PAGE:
There may not be much to be optimistic about in this life—but resurrection gives us hope. Not hope to be raised as spirits or angels. Through Christ, we are promised new, incorruptible bodies. Living forever in love and fellowship, with God dwelling among us—wiping away every tear. So we can glorify God and enjoy him forever.

And this resurrection hope isn’t just for humans. God promises to do for all creation what he does for Jesus, and for us. Rom. 8.20-21 says: with eager hope, the creation looks forward to the day when it will join God’s children in glorious freedom from death and decay.

Yes, the mountains and the skies and the trees and the flowers and the streams and the creatures on land and in the sea are also waiting with hope for the resurrection. Creation lives out its hope with every sunrise, and every springtime. Because God has promised to renew and restore them along with us. One of God’s final promises in the Bible is: Look! I’m making all things new (Rev. 21.5). That promise is not just for humanity. All things includes all creation.

That’s the hope Christians live by. That’s our vision for the future. God is going to make all things new. Even us. Those dry bones can live again.

We Christians are prisoners to that particular hope. The hope of resurrection and new creation. So that even when our world and our lives feel like a pile of dry bones, we live in hope that God will make those dry bones live again. And that hope for the future sustains and inspires our lives now. Because Rom. 8.11 promises believers that the Spirit of God, who raised Jesus from the dead, lives in you. So even if, like me, you’re constitutionally incapable of optimism, you still have a deep, wild, powerful hope living in you.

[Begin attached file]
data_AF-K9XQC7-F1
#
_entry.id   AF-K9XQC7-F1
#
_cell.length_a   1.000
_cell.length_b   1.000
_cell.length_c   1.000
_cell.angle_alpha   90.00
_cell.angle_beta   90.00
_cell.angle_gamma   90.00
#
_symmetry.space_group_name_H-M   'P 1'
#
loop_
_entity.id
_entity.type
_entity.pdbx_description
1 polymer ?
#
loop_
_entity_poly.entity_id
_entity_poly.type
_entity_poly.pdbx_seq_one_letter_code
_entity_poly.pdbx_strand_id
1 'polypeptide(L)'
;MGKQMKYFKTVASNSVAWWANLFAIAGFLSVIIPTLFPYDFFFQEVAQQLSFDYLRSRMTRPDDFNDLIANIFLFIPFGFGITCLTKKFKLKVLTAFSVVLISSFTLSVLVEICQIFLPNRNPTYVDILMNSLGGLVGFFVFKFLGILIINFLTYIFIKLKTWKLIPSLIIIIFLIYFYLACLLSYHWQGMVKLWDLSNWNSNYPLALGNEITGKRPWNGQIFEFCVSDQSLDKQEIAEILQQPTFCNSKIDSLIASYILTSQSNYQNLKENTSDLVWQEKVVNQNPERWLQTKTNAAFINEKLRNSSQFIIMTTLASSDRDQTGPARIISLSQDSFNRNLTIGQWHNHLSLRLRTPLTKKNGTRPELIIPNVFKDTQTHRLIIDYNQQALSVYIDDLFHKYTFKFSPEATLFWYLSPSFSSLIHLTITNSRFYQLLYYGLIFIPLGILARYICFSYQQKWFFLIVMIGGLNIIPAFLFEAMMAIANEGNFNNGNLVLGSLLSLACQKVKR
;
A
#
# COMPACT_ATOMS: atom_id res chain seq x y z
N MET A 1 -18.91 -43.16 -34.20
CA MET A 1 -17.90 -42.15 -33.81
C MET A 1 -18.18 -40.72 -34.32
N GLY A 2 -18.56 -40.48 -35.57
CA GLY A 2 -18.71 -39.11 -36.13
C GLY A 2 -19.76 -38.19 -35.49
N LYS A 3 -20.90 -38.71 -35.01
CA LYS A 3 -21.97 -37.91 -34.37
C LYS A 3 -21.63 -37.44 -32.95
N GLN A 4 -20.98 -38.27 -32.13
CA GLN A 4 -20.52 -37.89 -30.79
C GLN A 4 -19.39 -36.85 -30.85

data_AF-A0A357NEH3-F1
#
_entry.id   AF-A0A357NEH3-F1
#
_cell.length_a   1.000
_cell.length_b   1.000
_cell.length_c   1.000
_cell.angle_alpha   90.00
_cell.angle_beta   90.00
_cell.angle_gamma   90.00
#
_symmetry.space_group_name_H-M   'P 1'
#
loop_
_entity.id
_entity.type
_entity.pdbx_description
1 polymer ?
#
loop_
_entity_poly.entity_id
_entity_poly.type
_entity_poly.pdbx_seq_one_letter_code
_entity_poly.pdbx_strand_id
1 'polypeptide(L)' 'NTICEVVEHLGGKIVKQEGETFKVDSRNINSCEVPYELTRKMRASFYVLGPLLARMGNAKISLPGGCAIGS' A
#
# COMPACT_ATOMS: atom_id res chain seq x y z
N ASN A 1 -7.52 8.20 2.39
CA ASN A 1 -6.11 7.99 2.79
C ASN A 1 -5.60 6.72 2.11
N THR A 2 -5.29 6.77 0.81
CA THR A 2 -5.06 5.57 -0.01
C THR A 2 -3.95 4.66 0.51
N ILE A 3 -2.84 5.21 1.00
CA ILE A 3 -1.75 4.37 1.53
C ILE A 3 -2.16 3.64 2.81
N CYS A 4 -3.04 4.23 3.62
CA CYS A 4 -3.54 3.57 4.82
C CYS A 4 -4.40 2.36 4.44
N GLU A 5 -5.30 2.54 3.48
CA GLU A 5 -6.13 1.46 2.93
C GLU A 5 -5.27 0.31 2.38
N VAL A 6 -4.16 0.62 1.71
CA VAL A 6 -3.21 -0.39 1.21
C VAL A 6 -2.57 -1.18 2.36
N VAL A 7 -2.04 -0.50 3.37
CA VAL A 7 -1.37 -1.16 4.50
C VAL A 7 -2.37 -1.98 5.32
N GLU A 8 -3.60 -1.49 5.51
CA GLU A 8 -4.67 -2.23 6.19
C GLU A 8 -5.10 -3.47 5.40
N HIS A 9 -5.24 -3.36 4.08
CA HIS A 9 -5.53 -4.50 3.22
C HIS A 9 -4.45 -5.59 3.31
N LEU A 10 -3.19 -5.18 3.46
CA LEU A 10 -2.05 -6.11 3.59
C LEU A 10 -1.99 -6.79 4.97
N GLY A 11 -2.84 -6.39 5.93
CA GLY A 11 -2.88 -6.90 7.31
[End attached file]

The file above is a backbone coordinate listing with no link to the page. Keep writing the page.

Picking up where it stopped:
The God who brings life to dry bones lives inside you. The God who has promised to make all things new is with you. That’s not just hope to get you out of bed in the morning. You need to do something with hope like that.

Think about it. Ezekiel knew the only hope those dry bones had to live again was God. God knew it, too. But God has ordered the world so that God does what God’s going to do through humans. Phil. 2.13 says: God is working in you, giving you the desire and the power to do what pleases him. In our story today, God worked through Ezekiel prophesying to the bones and to the wind. It was only when Ezekiel spoke God’s hope, and his hope, into those bones that God began to put flesh on them. It was only when Ezekiel spoke hope into the wind that they breathed into the bodies and made them come alive.

It’s the same with you and me, church. Through Jesus, God has given us a hope of new life. Of resurrection, restoration, and renewal for humanity and all creation. But God calls us—like Ezekiel—to speak that hope into our world. Into the each others lives, and the lives of our neighbors. God calls us to speak that hope into our church, our homes, our workplaces, and our neighborhoods.